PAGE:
Tag Archives: JGHS

Small Clubs Spotlight

By Stany Hernandez

Over the years, many clubs have been dead, founded, and revived, here are some of the most recent that we believe deserve more attention:

1) Key Club

Key Club is an international volunteering organization with many social aspects involved. It serves on a club, division, district, and international level, providing many opportunities to network and build connections outside of high school (neighboring clubs are grouped into divisions and districts are combinations of states, further divided into regions). In 2019, the club was revived after being dormant for a couple of years by a senior named Vidal Reynoso; it had 7-10 members in its start, mainly composed of younger siblings who were freshman and friends who hung out in the same social groups.

He started it as a way for students to do “real volunteer work” in a way that was impactful and non-exclusive. During the 2020 term, the same group remained after the two seniors had left. It was during this time that we established a division presence and became more active on a district level through underclassmen representation. Last year, now-senior Javier Reynoso served as their president increasing member participation, improving organization and framework within the club, and setting resources for the leaders to come. His term was revolutionary for the club, marking a great change within Key Club, and establishing a district presence while creating a name for itself on campus.

Due to his work, we were able to double membership to 23 dues-paid members and increase Fall Rally South attendance. Some of our most popular events include: Fall Rally South where we go to Six Flags all day and have a giant spirit battle between five other divisions, and Rose Parade Float Decorating, where we help with flower cutting and scaffolding to decorate the Key Club, Kiwanis, and Lions Club floats.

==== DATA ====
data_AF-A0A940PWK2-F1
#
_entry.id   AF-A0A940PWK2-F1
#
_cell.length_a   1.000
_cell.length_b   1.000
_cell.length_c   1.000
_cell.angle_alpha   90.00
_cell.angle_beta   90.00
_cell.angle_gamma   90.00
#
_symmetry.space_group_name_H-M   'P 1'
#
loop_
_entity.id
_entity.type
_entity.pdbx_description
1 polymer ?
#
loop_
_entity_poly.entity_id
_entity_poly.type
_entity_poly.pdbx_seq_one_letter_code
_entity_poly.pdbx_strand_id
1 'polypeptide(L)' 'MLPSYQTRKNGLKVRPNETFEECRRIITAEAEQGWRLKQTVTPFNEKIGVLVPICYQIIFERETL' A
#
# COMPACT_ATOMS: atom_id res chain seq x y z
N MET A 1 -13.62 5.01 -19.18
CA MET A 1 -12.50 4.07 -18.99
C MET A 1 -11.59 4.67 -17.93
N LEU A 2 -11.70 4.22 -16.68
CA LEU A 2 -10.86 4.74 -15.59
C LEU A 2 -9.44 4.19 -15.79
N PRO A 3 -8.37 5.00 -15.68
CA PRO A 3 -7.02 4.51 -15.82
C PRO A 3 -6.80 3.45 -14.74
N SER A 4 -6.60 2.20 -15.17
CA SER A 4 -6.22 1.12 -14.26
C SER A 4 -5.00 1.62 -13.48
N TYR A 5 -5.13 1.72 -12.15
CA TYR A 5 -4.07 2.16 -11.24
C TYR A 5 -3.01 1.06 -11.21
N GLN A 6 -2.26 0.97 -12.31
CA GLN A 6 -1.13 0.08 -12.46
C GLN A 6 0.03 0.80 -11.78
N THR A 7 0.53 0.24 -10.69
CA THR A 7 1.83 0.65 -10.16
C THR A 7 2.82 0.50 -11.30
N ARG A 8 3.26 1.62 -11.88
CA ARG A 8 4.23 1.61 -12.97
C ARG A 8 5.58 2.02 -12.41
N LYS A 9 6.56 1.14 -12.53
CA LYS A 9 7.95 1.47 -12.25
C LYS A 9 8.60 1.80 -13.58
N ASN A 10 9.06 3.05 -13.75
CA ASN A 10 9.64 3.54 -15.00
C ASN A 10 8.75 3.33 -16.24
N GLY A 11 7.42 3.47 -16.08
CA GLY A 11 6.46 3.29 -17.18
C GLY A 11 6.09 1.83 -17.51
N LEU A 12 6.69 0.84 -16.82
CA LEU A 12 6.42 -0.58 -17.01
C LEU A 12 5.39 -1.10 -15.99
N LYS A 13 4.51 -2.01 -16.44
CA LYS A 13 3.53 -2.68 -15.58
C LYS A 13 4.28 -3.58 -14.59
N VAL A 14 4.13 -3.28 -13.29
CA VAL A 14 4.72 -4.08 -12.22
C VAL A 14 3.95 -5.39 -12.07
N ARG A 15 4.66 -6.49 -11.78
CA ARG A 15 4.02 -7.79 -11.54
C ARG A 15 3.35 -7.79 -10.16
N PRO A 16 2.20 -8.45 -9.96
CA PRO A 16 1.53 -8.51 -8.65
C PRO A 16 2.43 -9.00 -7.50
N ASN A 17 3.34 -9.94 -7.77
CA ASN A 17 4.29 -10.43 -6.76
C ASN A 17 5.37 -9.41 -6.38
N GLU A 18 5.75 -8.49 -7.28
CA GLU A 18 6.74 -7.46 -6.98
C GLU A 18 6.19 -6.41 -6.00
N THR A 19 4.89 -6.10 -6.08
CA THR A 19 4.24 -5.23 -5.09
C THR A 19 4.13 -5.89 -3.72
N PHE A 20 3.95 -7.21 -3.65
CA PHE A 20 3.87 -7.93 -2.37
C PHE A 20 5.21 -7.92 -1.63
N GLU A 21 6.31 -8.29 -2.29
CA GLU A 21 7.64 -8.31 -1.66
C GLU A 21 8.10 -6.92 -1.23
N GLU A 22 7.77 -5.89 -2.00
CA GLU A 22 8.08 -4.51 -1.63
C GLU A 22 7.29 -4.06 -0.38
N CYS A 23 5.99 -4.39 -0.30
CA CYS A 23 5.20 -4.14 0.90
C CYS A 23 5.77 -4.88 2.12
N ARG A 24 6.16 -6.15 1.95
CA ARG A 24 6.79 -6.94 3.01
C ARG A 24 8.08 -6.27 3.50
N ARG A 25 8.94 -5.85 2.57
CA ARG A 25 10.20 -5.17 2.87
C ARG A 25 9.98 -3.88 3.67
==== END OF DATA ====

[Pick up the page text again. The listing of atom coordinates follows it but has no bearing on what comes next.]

Key Club Members in 2022

2) Anime Club

Anime Club was founded in 2019 by a senior named Jose Cervantes to discuss anime titles and host watch parties during lunch meetings. The pandemic would mean a pause in the club’s history, as there was no one to take over or get it started again during a hectic time. Last year, the club was taken over by AMP’s very own Logan Torres, hosting meetings every Friday in Mr. Barr’s room as soon as he agreed to be the club advisor. Unfortunately, many of the members involved in the club went to other schools, causing the club to disband.

3) Debate Club

Debate Club was founded in 2020 by myself during my sophomore year. The club was founded in response to the controversial summer that year in which the Black Lives Matter movement was in full swing, and many controversial social & political topics were being brought to light. I felt it was important for students to have a voice and have discussions with their peers about issues which they found passionate, so my co-founder, Valery Montinola , thought it would work well as a Debate Club. Our club only had 7 members in its first and ultimately last year. We tried starting it last year, however, we had low member turnout, resulting in its disolution. As of now, we have no advisor, as our old advisor left this school year to become an administrator at Benton Middle School. We are incredibly happy for her, but we have not found an advisor since.

If any of these clubs intrigue you and seem like something you would want to revive, I would suggest talking to their original advisors, current presidents, or founders. Clubs are an essential part of the high school experience and look great on your college applications, however, they do take time to start up, so if you also want to support your fellow peers by helping with that process, I suggest you start with the clubs on this list.

Your New Year’s Resolutions

The Shoemaker Bugle sent out a survey to ask our readers for their New Year’s Resolutions. Here were the best responses:

To gain 100 subscribers on YouTube.

Anonymous

• To graduate high school
• Stay consistent with my work
• Take a break from my stresses


I want to become buff and have the physique of a body builder.

To be honest, my New Year’s resolution is to focus more on myself than on what others think of me.

JGHS Student

“My New Year’s resolutions are to learn a new skill or hobby, spend less money, and do a random act of kindness.”

–Halie Ambriz


“Just to graduate, man. I’m done with school!”

-Anonymous

What are your New Year’s Resolutions? Let us know in the comments section below. Happy new year, Bugle readers!

Student Voices: How Was the First Semester? 

By Genesis Garcia-Rizo

The Shoemaker Bugle went around campus asking fellow John Glenn and Southeast students about how their first semester has been. Here are some responds we’ve gathered:

Jonathan Sanchez: I can’t say that the semester has been so great as I planned. It has been rough from the beginning since I missed a week and got behind a bit. 

Anonymous Senior: The semester has been pretty average for me, but that is because most of my classes aren’t that bad. If I had to say anything, Homecoming was fun, but I do feel like the semester has gone by fast. I have also felt a little bit of senioritis as well when it comes to some of my work. I haven’t been giving it my full effort, but not to the extent where my grades drop below an A.